Drosera whittakeri


Joseph Clemens
 Share

Recommended Posts

This plant is the result of about 3 years of effort from seed. First it was nearly 16 months from sowing to the germination of one seed. Then the wait, but the sight of this gorgeous gem made every moment worth it. The larger plant is 3 cm (1-1/8 inch) in diameter. :D:D

d_whittakeri_caption_b.jpg

Link to comment
Share on other sites

Nice plant Joseph,

16 months to germinate! I sowed some seed of this species in September, half treated with 100ppm GA3 and half untreated. I guess I'm in for a long wait with this one! I'll let you know if the GA3 has any noticable effect on shortening the germination time, no signs of life yet, but its early days!

Vic

Link to comment
Share on other sites

Nice Plant!! What conditions do you grow them. I germinated about 10 seeds last year, but since then they havent got any bigger. They just keep growing a few leaves, then dying off and re-growing from undergorund/tuber. But never seem to grow larger! What temperature/light levels do they get and do you feed them?

Link to comment
Share on other sites

How I grow it and the way it has grown for me:

Container: Plastic pot dimensions; top - 5.5 cm x 5.5 cm x 8 cm tall are kept in 12 cm deep, open plastic trays with 1-2 cm of pure water maintained in the tray at all times.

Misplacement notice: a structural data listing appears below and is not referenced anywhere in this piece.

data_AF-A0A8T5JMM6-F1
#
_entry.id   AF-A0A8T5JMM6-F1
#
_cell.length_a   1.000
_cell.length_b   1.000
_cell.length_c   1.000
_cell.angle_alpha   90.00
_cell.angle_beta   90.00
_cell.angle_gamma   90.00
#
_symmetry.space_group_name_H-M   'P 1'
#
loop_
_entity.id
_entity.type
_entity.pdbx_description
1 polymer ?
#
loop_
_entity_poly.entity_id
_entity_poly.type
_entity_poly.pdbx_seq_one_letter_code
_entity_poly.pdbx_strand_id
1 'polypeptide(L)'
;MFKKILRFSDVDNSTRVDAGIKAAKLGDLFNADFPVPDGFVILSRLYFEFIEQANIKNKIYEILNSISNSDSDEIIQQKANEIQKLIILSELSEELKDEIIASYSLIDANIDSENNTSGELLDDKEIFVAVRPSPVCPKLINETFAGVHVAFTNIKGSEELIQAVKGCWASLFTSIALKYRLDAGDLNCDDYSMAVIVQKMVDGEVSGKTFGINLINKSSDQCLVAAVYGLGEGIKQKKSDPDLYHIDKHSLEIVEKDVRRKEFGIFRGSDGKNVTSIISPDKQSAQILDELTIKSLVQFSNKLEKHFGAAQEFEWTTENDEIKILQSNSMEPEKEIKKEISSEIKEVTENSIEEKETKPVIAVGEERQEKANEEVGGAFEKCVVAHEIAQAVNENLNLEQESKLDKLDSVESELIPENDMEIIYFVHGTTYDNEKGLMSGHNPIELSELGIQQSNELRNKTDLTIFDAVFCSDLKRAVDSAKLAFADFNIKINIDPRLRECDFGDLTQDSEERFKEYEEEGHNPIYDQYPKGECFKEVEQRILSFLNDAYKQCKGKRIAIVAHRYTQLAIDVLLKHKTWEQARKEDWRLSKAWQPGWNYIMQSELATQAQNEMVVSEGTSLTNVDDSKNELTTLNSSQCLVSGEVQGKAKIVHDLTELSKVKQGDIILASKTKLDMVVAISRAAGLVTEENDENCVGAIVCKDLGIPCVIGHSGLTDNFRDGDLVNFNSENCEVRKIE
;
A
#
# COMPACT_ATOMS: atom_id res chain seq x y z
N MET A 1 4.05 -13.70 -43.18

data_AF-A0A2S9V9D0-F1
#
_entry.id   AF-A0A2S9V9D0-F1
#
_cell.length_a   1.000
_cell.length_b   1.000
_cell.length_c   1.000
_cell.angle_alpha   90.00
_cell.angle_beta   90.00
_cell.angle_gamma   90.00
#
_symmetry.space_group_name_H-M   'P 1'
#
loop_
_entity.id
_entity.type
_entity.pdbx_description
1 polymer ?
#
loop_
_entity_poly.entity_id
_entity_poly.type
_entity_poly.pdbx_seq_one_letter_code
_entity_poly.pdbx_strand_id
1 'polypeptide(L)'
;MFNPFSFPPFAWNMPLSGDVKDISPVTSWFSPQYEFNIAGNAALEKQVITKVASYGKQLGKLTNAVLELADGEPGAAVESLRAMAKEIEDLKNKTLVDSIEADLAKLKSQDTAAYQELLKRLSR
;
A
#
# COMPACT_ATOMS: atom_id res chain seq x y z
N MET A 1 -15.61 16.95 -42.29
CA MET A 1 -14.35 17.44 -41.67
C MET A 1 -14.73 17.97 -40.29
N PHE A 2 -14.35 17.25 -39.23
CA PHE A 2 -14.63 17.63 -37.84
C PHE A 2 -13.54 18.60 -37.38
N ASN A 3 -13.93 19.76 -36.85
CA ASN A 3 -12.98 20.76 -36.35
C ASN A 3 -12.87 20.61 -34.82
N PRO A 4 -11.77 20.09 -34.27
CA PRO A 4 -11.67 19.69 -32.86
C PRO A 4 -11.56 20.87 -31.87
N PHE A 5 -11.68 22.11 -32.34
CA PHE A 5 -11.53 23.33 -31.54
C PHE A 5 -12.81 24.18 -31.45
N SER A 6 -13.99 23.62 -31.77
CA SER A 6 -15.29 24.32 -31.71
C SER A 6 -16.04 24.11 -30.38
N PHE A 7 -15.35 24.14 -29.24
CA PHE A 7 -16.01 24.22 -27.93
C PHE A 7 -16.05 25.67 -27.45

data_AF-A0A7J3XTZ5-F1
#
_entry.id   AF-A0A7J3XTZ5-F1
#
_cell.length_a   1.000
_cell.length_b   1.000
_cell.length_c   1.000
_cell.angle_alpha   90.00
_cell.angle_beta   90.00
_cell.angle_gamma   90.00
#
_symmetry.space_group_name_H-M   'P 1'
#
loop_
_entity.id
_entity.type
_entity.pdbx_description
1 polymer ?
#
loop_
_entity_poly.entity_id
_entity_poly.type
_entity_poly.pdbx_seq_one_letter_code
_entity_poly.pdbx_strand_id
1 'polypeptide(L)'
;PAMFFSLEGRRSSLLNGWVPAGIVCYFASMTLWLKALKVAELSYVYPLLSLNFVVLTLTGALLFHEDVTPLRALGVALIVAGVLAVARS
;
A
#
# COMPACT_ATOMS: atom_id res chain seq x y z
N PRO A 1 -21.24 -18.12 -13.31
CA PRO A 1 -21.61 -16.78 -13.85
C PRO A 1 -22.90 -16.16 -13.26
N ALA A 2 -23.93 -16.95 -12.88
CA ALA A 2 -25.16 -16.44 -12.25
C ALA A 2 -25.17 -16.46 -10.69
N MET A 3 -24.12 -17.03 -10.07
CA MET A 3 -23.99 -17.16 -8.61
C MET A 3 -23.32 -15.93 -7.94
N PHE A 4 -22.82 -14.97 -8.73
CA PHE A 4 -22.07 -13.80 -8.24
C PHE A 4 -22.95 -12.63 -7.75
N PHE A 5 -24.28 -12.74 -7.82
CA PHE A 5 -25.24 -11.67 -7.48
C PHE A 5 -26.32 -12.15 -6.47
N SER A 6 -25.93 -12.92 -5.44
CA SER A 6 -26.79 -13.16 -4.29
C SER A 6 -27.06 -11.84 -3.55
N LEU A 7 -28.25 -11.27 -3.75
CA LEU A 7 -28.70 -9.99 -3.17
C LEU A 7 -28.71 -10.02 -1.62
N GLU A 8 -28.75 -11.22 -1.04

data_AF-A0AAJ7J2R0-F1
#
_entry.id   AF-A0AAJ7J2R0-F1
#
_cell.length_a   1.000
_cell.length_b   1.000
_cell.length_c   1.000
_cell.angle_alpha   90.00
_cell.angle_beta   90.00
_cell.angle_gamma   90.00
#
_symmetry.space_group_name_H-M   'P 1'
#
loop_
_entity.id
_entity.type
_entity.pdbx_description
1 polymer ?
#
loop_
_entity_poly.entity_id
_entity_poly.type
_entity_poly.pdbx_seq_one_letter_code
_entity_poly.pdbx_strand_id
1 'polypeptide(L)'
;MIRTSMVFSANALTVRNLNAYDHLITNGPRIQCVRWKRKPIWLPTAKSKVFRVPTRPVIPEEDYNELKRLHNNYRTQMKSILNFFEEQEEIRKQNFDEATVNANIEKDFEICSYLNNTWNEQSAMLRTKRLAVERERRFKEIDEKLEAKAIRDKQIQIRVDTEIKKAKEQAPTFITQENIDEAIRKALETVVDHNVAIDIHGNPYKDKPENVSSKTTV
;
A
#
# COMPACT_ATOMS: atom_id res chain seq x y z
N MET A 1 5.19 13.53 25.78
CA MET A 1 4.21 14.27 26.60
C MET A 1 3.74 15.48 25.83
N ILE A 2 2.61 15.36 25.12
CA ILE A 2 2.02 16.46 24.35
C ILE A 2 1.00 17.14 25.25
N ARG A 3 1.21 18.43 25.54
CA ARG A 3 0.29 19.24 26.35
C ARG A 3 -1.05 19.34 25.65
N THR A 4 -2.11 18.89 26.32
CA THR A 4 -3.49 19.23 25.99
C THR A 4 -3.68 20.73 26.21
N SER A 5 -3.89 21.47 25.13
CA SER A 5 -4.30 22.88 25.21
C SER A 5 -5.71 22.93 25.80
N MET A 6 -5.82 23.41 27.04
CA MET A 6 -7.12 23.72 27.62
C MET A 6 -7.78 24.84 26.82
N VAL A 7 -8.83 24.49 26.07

Media: Ground Sphagnum peat moss - 90% and 10% fine 60 grit silica sand.

Light: 6 - four 1.3 meter cool white fluorescent bulbs about 6 inches (15 cm) above the plants on 15 hour photoperiod.

Temperature: Slight fluctuation between 75F - 80F (23.8C -26.6C), median 77F (25C)

It produced a small rosette, and as each parent rosette would turn brown and die a new rosette would form in its place, sometimes both would persist together for a short time. It did this about 4 or 5 times. It never actually stopped growing, just kept making new, larger, nicer rosettes. When the small moss that was growing with it became too dense, I repotted it and discovered a second, smaller tuber, which I planted separately though adjacent to the parent plant. The plant was in the process of producing this current rosette when it was last transplanted, about July.

Link to comment
Share on other sites

Thanks for the information, I guess the biggest difference with mine is that they are outside and the temperature fluctuates more widely (and is probably cooler most of the time), i think ill bring them in the house, thanks.

Link to comment
Share on other sites